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Help this absent-minded person recover (or not need) his password.
March 9, 2011 12:21 AM   Subscribe

How can I view an old Microsoft Word document that is password protected, when I cannot remember the password?

I have an old Microsoft Word file from many years ago which I inexplicably password protected, and now have forgotten the password. It is not a vital document, but I would like to get access to it again, but I don't know of a way to do it.

What is the best way to break the lock on the file to view it again, or better yet, to recover the password I used back then?

Thanks!
posted by khelvan to Computers & Internet (13 answers total) 5 users marked this as a favorite
 
Elcomsoft has been in the password-cracking software business longer than most. I've always found their stuff pretty solid.
posted by flabdablet at 12:41 AM on March 9, 2011 [1 favorite]


What version of Word was it created with, specifically?

The protection offered by Word prior to 2002 was pretty trivial (40b RC4?), IIRC. But later versions are somewhat less poorly designed (128b RC4 or AES?), although I think the better encryption was optional and not enabled by default until Word 2007.

In general, the older the version it was created with, the easier it'll be to crack.
posted by Kadin2048 at 1:03 AM on March 9, 2011


Thanks for your responses! The file is dated 2002, I'm not quite sure what version of Word was used to create it.

I see that Elcomsoft has a trial version of their software. Is that the type where if I run it, it will tell me that it has successfully cracked open the file but I am required to pay to see the results?
posted by khelvan at 2:43 AM on March 9, 2011


Actually, check that, it appears to be Microsoft Word 8.0. Which would make it part of Office 97, yes?
posted by khelvan at 2:48 AM on March 9, 2011


I've successfully used Rixler to recover password protected Word and Excel files. It won't crack the password and return it to you, but you'll get a non-password protected version of your document.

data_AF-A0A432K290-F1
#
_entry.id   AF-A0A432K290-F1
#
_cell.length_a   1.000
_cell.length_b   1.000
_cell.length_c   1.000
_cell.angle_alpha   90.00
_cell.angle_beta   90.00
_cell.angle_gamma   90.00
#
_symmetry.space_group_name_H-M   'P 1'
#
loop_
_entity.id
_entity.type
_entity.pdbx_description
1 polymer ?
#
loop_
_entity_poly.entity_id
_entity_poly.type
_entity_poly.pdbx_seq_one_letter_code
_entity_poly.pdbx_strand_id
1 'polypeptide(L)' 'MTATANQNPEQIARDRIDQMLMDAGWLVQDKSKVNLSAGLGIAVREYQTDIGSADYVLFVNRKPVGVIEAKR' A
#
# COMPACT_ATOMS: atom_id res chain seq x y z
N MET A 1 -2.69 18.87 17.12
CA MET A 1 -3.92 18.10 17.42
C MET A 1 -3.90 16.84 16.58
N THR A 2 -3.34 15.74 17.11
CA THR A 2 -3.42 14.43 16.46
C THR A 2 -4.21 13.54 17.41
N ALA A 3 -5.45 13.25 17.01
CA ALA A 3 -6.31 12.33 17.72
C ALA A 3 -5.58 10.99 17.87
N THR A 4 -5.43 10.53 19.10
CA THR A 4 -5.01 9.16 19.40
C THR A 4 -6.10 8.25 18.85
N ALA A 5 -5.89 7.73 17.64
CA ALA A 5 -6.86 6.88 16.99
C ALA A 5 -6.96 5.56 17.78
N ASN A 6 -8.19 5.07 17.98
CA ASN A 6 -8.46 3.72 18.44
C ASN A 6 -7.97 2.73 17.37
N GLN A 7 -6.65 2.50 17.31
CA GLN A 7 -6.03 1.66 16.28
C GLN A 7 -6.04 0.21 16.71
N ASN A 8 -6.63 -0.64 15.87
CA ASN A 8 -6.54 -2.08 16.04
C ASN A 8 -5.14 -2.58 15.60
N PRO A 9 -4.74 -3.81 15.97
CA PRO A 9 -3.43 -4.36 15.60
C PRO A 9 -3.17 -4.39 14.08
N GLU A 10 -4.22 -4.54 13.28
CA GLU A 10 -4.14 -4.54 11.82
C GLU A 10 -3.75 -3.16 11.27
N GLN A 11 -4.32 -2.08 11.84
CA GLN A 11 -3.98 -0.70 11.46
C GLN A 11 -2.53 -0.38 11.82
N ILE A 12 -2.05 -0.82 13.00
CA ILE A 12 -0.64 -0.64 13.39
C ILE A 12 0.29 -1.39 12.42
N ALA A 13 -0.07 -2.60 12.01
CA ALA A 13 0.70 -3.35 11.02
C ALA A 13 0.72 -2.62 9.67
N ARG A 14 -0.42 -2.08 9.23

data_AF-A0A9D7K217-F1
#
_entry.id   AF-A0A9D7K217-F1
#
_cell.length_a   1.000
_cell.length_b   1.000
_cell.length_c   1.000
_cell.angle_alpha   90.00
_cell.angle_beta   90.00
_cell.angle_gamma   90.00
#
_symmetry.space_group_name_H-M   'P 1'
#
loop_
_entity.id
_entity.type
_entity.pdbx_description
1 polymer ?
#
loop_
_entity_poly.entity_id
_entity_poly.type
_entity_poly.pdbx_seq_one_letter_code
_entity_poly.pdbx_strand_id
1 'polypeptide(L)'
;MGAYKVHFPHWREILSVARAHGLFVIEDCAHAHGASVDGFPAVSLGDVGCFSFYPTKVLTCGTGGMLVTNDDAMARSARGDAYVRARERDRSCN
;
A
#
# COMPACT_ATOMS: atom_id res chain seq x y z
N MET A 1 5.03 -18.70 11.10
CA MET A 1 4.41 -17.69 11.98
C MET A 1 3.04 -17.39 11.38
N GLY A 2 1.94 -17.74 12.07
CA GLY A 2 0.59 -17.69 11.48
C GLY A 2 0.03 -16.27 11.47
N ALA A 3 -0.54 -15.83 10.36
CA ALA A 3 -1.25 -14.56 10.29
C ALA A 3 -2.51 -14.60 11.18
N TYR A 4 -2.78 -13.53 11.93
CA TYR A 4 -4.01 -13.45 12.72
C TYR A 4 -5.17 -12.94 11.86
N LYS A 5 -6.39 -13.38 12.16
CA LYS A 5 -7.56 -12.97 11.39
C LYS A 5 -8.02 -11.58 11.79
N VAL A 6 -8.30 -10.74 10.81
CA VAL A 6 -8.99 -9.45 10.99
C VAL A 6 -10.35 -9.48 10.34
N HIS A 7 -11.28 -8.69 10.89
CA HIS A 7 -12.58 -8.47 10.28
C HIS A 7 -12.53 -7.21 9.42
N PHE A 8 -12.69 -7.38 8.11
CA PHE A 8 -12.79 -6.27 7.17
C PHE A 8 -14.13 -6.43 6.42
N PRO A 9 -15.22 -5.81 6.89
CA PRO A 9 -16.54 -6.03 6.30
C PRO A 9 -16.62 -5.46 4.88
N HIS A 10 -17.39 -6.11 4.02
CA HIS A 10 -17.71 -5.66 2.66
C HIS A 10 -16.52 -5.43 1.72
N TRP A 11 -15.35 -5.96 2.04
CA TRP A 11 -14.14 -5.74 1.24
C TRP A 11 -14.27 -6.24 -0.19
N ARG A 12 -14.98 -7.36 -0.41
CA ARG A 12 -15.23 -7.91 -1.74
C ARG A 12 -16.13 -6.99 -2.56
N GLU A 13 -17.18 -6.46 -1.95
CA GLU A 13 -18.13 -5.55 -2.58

posted by Mountain Goatse at 5:46 AM on March 9, 2011


I see that Elcomsoft has a trial version of their software. Is that the type where if I run it, it will tell me that it has successfully cracked open the file but I am required to pay to see the results?

No. From their FAQ:
• for brute-force and mask attacks, the maximum password length is limited to 4
• some dictionary attack options are disabled
• passwords longer than 3 characters cannot be recovered (with the exceptions listed above)
• log file is not created

posted by Busy Old Fool at 5:57 AM on March 9, 2011


Here is a free brute force and dictionary attack tool. Never used it but it looks promising.
posted by ChrisHartley at 7:25 AM on March 9, 2011 [1 favorite]


ChrisHartley's suggestion (which I've bookmarked, thanks Chris) is apparently limited to a maximum of 8 character passwords. Any idea what length of password you used?
posted by Busy Old Fool at 7:44 AM on March 9, 2011


I have used Elcomsoft's Word document password cracking software back in 2001, when computers were much slower. After running for 3 days straight and still not finding the password, I guessed the first 4 characters and wildcarded everything following, with a successful cracking in under 5 minutes.

Given how fast computers are now, those times would likely be greatly decreased unless your password is quite long.
posted by MonsieurBon at 1:36 PM on March 9, 2011


Ok, thanks to Elcomsoft's trial version, I now have the encryption key of my Word document. However, in order to decrypt the file, I need to purchase the software. So, now I'm looking for some free software that will allow me to decrypt the file given an existing encryption key.

Any ideas? :)
posted by khelvan at 3:09 PM on March 9, 2011


This is not an area where I have particular expertise. However, Elcomsoft know what they're doing and I doubt they would provide a trial version that made it trivial to decrypt the document without upgrading to the full version.
posted by Busy Old Fool at 4:46 AM on March 10, 2011


Thanks, the Word/Excel free password recovery wizard freeware thing actually worked for me!
posted by khelvan at 8:09 PM on March 17, 2011


Great news!

Out of interest, how long was your password, what character sets (case, digits, symbols) did it use, how long did it take to crack and what hardware did you run it on?
posted by Busy Old Fool at 1:10 AM on March 18, 2011


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